|On the Road - Beatitudes Campus|
Improving Comfort, Wellness and Quality of Life
On the Road with The Beatitudes Campus
Our most recent On the Road took me to the desert climate of Phoenix where I had the pleasure to spend the day on The Beatitudes Campus, a faith-based community known as a leader in the field of aging services. With over 800 residents, Beatitudes Campus offers living environments for people age sixty and over from independent residences to assisted living and skilled nursing care to full spectrum memory support. Their organizational philosophy encourages balancing the art and science of caring, and focuses on living rather than aging.
My hosts for the day were Tena Alonzo, Director of Education and Research and Ivan Hilton, Business Development Director, Comfort Matters Program. They shared that the leadership team views the campus as a living laboratory - regularly looking for ways to improve their services and approach. They work hard to help remove the stigma around long-term care and make the campus a destination where people come to enjoy a vibrant lifestyle and experience joy with others.
I was able to witness the impact of those efforts first hand as we toured the campus. There was a very positive and uplifting energy present in all of the areas we visited – not only through the environment itself but also among the staff and residents we encountered. In fact, Tena attributes much of the success of the community to the welcoming nature of the people who live there. With residents from 27 countries (who, interestingly, speak 90% of the world’s languages), tolerance and acceptance are key.
The Campus Life
Part of what keeps residents engaged and energetic is likely the array of programs and activities available. From shopping and event outings to live musical events, and movie and game nights onsite, there’s a full list of opportunities for people to participate in daily. Every Wednesday residents can even gather in the Lutheran Life Center for the weekly "Hootenanny” jive sessions – a popular campus tradition.
Exercise is encouraged with multiple classes such as water aerobics, yoga and dance in addition to a full fitness center with modifiable equipment and Lifestyle and Fitness Director Jon Shilling available to advise and assist. Jon continually reminds residents to keep in mind, "We don’t stop exercising because we get old. We get old because we stop exercising.”
People are also encouraged to continue learning through the Senior University program where instructors from the Phoenix area (and some community residents themselves) teach topics such as history, religion and conservation.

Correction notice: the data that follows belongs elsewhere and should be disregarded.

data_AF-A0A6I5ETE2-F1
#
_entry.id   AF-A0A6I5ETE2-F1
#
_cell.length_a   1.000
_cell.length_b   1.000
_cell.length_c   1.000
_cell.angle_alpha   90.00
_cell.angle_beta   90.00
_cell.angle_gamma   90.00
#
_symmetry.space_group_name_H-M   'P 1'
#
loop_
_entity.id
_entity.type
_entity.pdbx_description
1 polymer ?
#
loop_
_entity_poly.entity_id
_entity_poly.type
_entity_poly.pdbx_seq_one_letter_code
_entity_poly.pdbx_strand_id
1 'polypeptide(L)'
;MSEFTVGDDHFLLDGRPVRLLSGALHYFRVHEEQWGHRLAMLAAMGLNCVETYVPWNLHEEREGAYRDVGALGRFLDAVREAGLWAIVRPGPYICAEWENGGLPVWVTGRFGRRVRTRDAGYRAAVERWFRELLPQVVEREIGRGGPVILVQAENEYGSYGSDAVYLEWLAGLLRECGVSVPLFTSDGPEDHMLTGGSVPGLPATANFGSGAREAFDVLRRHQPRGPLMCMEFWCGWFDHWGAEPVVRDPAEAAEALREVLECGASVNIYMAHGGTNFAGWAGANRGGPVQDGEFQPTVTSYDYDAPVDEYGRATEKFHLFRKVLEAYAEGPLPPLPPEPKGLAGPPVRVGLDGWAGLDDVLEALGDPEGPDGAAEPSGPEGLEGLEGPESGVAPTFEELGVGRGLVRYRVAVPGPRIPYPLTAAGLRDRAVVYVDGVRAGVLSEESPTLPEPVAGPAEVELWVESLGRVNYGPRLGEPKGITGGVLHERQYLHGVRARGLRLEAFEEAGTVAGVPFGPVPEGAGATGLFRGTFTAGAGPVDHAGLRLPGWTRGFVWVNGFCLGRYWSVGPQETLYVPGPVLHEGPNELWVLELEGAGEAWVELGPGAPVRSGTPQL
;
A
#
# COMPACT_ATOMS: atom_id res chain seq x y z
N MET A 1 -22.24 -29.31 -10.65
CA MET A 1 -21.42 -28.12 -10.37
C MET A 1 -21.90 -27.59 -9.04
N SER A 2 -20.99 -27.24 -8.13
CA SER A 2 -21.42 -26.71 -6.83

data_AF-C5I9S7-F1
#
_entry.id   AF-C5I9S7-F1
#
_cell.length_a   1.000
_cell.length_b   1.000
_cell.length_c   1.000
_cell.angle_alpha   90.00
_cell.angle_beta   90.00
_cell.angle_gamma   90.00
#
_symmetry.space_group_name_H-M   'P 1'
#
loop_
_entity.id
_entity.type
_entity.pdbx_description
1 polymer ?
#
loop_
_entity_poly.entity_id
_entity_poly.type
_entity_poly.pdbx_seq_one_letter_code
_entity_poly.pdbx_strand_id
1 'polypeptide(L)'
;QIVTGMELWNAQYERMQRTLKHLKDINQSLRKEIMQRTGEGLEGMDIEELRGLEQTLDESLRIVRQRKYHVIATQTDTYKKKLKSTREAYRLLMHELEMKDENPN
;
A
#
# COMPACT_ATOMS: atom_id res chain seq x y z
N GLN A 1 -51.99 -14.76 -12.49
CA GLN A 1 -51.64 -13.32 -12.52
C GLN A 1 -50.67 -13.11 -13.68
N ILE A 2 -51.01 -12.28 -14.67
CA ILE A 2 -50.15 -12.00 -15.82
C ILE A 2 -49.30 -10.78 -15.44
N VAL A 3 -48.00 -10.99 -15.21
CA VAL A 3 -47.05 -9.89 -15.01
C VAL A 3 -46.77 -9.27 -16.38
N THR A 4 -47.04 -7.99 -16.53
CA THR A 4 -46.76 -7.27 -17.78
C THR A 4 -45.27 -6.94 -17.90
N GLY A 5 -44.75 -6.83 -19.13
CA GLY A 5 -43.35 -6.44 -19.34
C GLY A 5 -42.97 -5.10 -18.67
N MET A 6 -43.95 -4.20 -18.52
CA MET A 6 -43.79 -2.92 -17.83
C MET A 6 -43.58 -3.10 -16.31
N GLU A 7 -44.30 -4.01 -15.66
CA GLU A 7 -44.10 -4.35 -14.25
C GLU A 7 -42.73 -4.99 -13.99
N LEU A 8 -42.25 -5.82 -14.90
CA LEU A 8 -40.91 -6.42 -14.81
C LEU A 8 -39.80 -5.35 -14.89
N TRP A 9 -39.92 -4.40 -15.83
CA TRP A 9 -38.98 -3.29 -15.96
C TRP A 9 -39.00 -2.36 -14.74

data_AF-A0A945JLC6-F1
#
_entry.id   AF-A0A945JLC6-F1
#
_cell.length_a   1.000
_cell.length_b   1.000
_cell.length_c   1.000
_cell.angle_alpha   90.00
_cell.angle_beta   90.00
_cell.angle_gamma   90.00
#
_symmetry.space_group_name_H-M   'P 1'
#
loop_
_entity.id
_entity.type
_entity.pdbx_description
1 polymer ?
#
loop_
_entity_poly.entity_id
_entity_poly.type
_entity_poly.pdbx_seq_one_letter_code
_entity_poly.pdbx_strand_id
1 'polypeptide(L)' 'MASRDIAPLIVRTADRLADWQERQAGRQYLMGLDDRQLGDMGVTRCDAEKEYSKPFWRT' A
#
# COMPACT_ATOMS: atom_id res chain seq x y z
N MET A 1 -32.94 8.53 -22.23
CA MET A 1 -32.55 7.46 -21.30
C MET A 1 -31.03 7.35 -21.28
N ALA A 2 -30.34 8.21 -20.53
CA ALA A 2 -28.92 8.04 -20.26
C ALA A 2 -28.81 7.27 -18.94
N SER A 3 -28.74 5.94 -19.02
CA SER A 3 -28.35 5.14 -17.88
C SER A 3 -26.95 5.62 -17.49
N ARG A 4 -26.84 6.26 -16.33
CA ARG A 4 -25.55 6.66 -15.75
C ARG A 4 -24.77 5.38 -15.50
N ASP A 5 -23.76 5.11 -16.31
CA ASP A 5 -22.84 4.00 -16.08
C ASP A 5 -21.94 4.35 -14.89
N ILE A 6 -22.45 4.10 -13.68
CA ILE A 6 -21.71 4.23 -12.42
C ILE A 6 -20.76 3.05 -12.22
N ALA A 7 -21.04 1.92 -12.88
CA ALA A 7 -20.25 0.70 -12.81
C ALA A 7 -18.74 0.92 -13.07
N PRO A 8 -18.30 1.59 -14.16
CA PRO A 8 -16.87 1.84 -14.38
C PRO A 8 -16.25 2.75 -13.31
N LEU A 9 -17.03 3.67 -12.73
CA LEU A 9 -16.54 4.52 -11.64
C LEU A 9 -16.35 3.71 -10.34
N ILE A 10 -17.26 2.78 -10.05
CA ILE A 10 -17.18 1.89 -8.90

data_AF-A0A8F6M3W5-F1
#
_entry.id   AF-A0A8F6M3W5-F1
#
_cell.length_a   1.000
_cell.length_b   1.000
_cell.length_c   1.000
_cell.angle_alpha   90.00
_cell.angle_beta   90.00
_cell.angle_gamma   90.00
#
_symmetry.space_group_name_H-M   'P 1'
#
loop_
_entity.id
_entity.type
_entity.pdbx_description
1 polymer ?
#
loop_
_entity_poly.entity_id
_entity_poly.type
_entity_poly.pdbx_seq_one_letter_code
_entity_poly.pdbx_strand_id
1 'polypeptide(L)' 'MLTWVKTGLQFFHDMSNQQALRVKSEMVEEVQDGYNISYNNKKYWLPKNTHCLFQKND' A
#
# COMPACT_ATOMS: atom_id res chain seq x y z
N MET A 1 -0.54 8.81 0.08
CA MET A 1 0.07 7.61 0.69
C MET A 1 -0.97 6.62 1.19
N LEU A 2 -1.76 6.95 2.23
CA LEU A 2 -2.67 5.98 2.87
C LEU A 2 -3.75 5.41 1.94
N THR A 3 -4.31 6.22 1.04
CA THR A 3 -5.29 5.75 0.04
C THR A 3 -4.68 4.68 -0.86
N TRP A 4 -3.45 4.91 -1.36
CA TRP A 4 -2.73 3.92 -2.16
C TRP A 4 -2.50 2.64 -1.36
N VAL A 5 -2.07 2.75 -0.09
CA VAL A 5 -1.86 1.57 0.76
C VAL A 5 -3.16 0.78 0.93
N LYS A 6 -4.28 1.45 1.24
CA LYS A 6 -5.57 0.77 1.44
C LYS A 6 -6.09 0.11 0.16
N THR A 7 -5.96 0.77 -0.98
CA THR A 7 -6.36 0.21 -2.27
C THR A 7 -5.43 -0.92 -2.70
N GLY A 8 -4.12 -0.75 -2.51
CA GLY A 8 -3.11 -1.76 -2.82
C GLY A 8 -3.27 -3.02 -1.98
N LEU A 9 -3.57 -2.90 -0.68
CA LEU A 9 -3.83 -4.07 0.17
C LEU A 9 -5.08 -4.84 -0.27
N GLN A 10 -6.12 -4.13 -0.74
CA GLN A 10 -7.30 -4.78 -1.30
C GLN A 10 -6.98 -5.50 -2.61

A key element of the Beatitudes Campus philosophy is the idea of person directedness – allowing residents to make personal choices. This practice is perhaps most prevalent in dining with the campus featuring a coffee bar onsite along with four restaurants that offer everything from a grill to fine dining by reservation. Even dining areas in the memory care units offer dynamic menus and open hours that allow residents to choose when they prefer to eat, different from the typical nursing home model.
Giving Back to the Community
Throughout our campus tour, I was struck by the philanthropic nature of the community. One of the perimeter sections of the campus is filled with a large garden including flowers and fruits and vegetables all planted and maintained by residents. Some of the food grown there is donated to local food banks.
Tena and Ivan shared many other stories about the generosity of residents including a group of women called The Back to School Sewing and Knitting Group who make and provide new school clothes for children in the Phoenix area in need. There was also a recent resident campaign to raise money to have Pharaoh cats that had become prevalent on campus neutered.
Compassion and Innovation in Dementia Care
While Beatitudes Campus offers living environments to cover the needs of all older adults, much of their research and focus has been specific to residents with dementia or as they compassionately refer to them, people who have trouble thinking. Tena cited the growing prevalence of dementia in our society and the importance of helping people understand and address the vulnerability that exists and the need to change the way dementia care is delivered. Through tremendous grant-supported research Beatitudes Campus developed a Person-Directed Approach to Memory Support that:
"People with dementia are experts on their own comfort,” explained Tena. They know when they are comfortable, they know when something makes sense to them and they know when it doesn’t. We had an opportunity to really change our personal practice to help people become comfortable, and change our systems to support people who have trouble thinking.”
Comfort is key and by focusing on that, Beatitudes Campus saw significant changes in their dementia population including reduced hospitalizations and emergency department utilizations, decreases in residents using antipsychotic medicine, reductions in weight loss and acting out and even reduced staff turnover. In fact, Vermilion Cliffs, the center for moderate to advanced memory support at Beatitudes Campus has had no turnover in the past few years.